This bi-annual event was, as usual, of a high scientific standard with a great line-up of talks.
One main difference between this year and previous years is the clear acceleration of access to structural biology, and the promise that holds of unravelling the nature of the interaction of this important protein class with its small molecule counterparts. However, in spite of the potential influence of this new structural information, a traditional drug discovery path seems still to be the universally adopted way through ligand optimization. It’s probably an important reminder, and particularly relevant for this class of proteins, that snapshots or ‘stills’ of proteins which fundamentally are ‘dynamic machines’, however helpful, is not enough.
Whilst there is certainly room for modeling approaches to inform this area, clearly the uncertainty is still enough to sow serious doubts in the minds of the lead medicinal chemists charged with running these projects.
A plethora of ion channel targets were covered, some old but many new (table 1).
Table 1: Ion channel targets, organization and possible indication.
||ENAC, TMEM16a Cl Channel
|Univeristy of Leeds
||Flow sensor i.e., various?
|University of Leeds
||Smooth muscle research
||CFTR Cl channel
||K2P / Task-1
|University of Leeds
||CIC-1 Cl channel
||GABBA Cl channel
For those who have been in this area any length of time, and are interested enough to frequently browse the PDB (myself included), all the targets will be relatively familiar. The exceptions, for most, are likely to be CLC-1, TMEM16a, Orai and Piezo. The former two are unrelated but both dimeric chloride ion channels.
Orai is the putative Ca store operated channel and is out there on its own in terms of structure. It is a hexameric channel - reminiscent of bacterial urea channels.
Piezo is extraordinary; a remarkable trimeric channel but dissimilar to all other trimeric channels (like P2Xs, ASICs, ENAC) in that, amongst other things, it has propellers that sit in the membrane to mechanically open the channel in response to membrane flattening, i.e., blood flow across epithelial cells. A fascinating talk and poster were presented by Professor David Beach and his post-doctoral research associate Charlotte Revill. Interestingly, the discovery of a small molecule activator Yoda and a specific antagonist of that activation; Dooku1 are very closely similar molecules. An even closer analogue playing on a halogen substitution theme is completely inactive. I modeled all three molecules in Cresset's ligand-based workbench, Forge™, during the talk and the analysis reveals clear differences in electrostatic patterns for each of the isosteric ligands (Figure1).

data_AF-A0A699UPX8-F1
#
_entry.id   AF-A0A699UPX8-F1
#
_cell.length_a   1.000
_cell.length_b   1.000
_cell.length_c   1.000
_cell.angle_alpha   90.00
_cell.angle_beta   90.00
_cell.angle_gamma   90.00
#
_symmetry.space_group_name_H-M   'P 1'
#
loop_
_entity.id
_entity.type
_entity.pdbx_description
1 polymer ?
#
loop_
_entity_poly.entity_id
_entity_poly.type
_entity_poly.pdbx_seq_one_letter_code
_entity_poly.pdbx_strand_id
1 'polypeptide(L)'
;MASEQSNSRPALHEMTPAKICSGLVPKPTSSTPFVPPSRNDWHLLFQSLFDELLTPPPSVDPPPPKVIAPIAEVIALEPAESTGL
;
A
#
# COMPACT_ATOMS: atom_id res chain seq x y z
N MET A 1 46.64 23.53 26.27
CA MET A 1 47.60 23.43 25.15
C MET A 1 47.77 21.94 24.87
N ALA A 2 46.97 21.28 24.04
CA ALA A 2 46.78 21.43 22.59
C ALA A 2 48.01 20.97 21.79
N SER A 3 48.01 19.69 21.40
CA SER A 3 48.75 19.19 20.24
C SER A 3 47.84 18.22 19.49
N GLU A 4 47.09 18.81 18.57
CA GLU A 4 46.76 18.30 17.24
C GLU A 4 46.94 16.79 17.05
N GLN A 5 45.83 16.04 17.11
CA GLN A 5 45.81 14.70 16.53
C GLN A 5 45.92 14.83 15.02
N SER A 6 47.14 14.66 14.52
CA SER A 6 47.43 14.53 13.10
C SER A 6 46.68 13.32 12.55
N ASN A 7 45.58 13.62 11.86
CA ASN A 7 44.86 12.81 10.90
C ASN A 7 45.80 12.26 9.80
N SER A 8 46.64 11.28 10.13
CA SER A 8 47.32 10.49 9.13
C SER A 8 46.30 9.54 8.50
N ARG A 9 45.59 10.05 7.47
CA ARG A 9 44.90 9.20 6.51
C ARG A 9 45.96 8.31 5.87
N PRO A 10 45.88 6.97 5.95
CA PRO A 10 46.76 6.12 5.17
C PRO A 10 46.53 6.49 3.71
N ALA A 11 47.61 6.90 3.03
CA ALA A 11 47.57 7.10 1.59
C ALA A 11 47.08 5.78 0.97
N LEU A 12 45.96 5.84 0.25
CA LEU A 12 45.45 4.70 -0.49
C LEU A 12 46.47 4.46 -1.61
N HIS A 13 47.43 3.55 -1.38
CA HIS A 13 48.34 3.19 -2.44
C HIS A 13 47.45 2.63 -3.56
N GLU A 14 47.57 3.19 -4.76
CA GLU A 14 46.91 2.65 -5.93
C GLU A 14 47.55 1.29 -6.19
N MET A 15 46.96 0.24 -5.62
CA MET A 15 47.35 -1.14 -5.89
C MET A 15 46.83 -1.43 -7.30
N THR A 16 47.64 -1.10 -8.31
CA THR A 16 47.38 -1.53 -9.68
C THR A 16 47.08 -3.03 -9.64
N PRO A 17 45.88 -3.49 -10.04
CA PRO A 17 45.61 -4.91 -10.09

Figure 1: Shape and electrostatics for Piezo modulators.
In figure 1 it is easy to see that the antagonist has different electrostatics on the left. Not so easy to see but it is there on the right inactive structure, there is a slight shape difference but also a more significant negative electrostatic loss in the Pi surface density of the di-F aryl-halogen system relative to Yoda.
Another highlight of the session was a ‘double act’ ironically on the K2P ‘twin-pore’ potassium channel family specifically Task1 by Professor Liz Carpenter from the SGC/University of Oxford and Thomas Muller from Bayer. The site of action of these and other ligands has been recently determined by X-ray diffraction confirming a long suspected belief (by some) that interdomain region ‘fenestrations’ are key sites of interaction for open channel blockers and activators.
Figure 2: Looking down the ion conduction pathway, through the selectivity filter, of PDB: 4XDK Trek2 and Norfloxetine block (left) and PDB: 6RV3 Bayer’s BAY1000493 Task1 blocker.
It was interesting to note the observation that Task1 has an unusual lower gate which creates an enclosed cavity not dissimilar to the situation for Herg which may account for both channels relative increased ability to harbour small molecule blockers.
Another interesting talk was by Ulrich Zachariae from University of Dundee who talked about applying MD simulation techniques to ion channel transport through potassium channels. The main conclusion of which was that the function of the selectivity filter is to pass ions that are stripped of their solvation shell. Both Na and Ca ions require greater energy for this process are more energetically favoured holding onto their hydration sphere and are thus less able to pass through.
Unfortunately, I cannot cover all the talks here, but some of the other examples of ligands and field models captured are shown in table 2.
Table 2 Example 2D and 3D structures captured and modeled during the talks.*
*Note that these are my live captured structures and notes, so I recommend you fact check the structures, particularly for finer details like specific chirality, etc. Please refer to published materials for confirmation.
Overall it was an enjoyable and informative conference with plenty of scope for probing some of the latest medicinal chemistry and structural research going on in the ion channel field.